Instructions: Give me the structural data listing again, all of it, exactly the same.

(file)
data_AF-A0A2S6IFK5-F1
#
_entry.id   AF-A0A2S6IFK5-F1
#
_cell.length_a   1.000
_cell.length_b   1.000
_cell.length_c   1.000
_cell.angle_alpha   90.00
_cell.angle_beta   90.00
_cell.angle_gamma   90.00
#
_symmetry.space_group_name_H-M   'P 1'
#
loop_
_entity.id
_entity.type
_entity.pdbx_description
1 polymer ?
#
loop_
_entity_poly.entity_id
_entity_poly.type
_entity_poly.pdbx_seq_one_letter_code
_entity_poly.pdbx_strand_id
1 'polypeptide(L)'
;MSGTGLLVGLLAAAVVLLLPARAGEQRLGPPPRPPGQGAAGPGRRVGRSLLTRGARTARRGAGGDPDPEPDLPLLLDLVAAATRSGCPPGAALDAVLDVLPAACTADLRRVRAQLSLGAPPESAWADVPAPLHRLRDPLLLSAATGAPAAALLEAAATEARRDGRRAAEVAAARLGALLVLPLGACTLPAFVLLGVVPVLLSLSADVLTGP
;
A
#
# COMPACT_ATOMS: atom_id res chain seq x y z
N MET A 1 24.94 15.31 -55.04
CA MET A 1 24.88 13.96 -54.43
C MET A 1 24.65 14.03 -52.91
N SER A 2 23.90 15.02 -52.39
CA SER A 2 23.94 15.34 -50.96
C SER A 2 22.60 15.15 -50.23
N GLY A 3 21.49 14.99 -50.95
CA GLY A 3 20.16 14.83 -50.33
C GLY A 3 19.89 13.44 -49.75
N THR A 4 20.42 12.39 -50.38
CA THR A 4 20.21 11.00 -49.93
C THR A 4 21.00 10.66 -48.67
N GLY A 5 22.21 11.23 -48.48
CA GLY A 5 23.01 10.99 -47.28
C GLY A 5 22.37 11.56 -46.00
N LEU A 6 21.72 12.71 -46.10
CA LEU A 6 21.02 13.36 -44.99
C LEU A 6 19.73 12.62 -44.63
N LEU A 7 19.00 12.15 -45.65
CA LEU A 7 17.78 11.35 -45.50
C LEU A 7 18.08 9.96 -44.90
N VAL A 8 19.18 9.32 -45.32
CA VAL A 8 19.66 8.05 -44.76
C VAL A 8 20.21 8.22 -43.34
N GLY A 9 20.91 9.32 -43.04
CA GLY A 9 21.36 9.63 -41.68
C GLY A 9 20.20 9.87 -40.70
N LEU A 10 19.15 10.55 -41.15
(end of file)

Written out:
data_AF-A0A2S6IFK5-F1
#
_entry.id   AF-A0A2S6IFK5-F1
#
_cell.length_a   1.000
_cell.length_b   1.000
_cell.length_c   1.000
_cell.angle_alpha   90.00
_cell.angle_beta   90.00
_cell.angle_gamma   90.00
#
_symmetry.space_group_name_H-M   'P 1'
#
loop_
_entity.id
_entity.type
_entity.pdbx_description
1 polymer ?
#
loop_
_entity_poly.entity_id
_entity_poly.type
_entity_poly.pdbx_seq_one_letter_code
_entity_poly.pdbx_strand_id
1 'polypeptide(L)'
;MSGTGLLVGLLAAAVVLLLPARAGEQRLGPPPRPPGQGAAGPGRRVGRSLLTRGARTARRGAGGDPDPEPDLPLLLDLVAAATRSGCPPGAALDAVLDVLPAACTADLRRVRAQLSLGAPPESAWADVPAPLHRLRDPLLLSAATGAPAAALLEAAATEARRDGRRAAEVAAARLGALLVLPLGACTLPAFVLLGVVPVLLSLSADVLTGP
;
A
#
# COMPACT_ATOMS: atom_id res chain seq x y z
N MET A 1 24.94 15.31 -55.04
CA MET A 1 24.88 13.96 -54.43
C MET A 1 24.65 14.03 -52.91
N SER A 2 23.90 15.02 -52.39
CA SER A 2 23.94 15.34 -50.96
C SER A 2 22.60 15.15 -50.23
N GLY A 3 21.49 14.99 -50.95
CA GLY A 3 20.16 14.83 -50.33
C GLY A 3 19.89 13.44 -49.75
N THR A 4 20.42 12.39 -50.38
CA THR A 4 20.21 11.00 -49.93
C THR A 4 21.00 10.66 -48.67
N GLY A 5 22.21 11.23 -48.48
CA GLY A 5 23.01 10.99 -47.28
C GLY A 5 22.37 11.56 -46.00
N LEU A 6 21.72 12.71 -46.10
CA LEU A 6 21.02 13.36 -44.99
C LEU A 6 19.73 12.62 -44.63
N LEU A 7 19.00 12.15 -45.65
CA LEU A 7 17.78 11.35 -45.50
C LEU A 7 18.08 9.96 -44.90
N VAL A 8 19.18 9.32 -45.32
CA VAL A 8 19.66 8.05 -44.76
C VAL A 8 20.21 8.22 -43.34
N GLY A 9 20.91 9.32 -43.04
CA GLY A 9 21.36 9.63 -41.68
C GLY A 9 20.20 9.87 -40.70
N LEU A 10 19.15 10.55 -41.15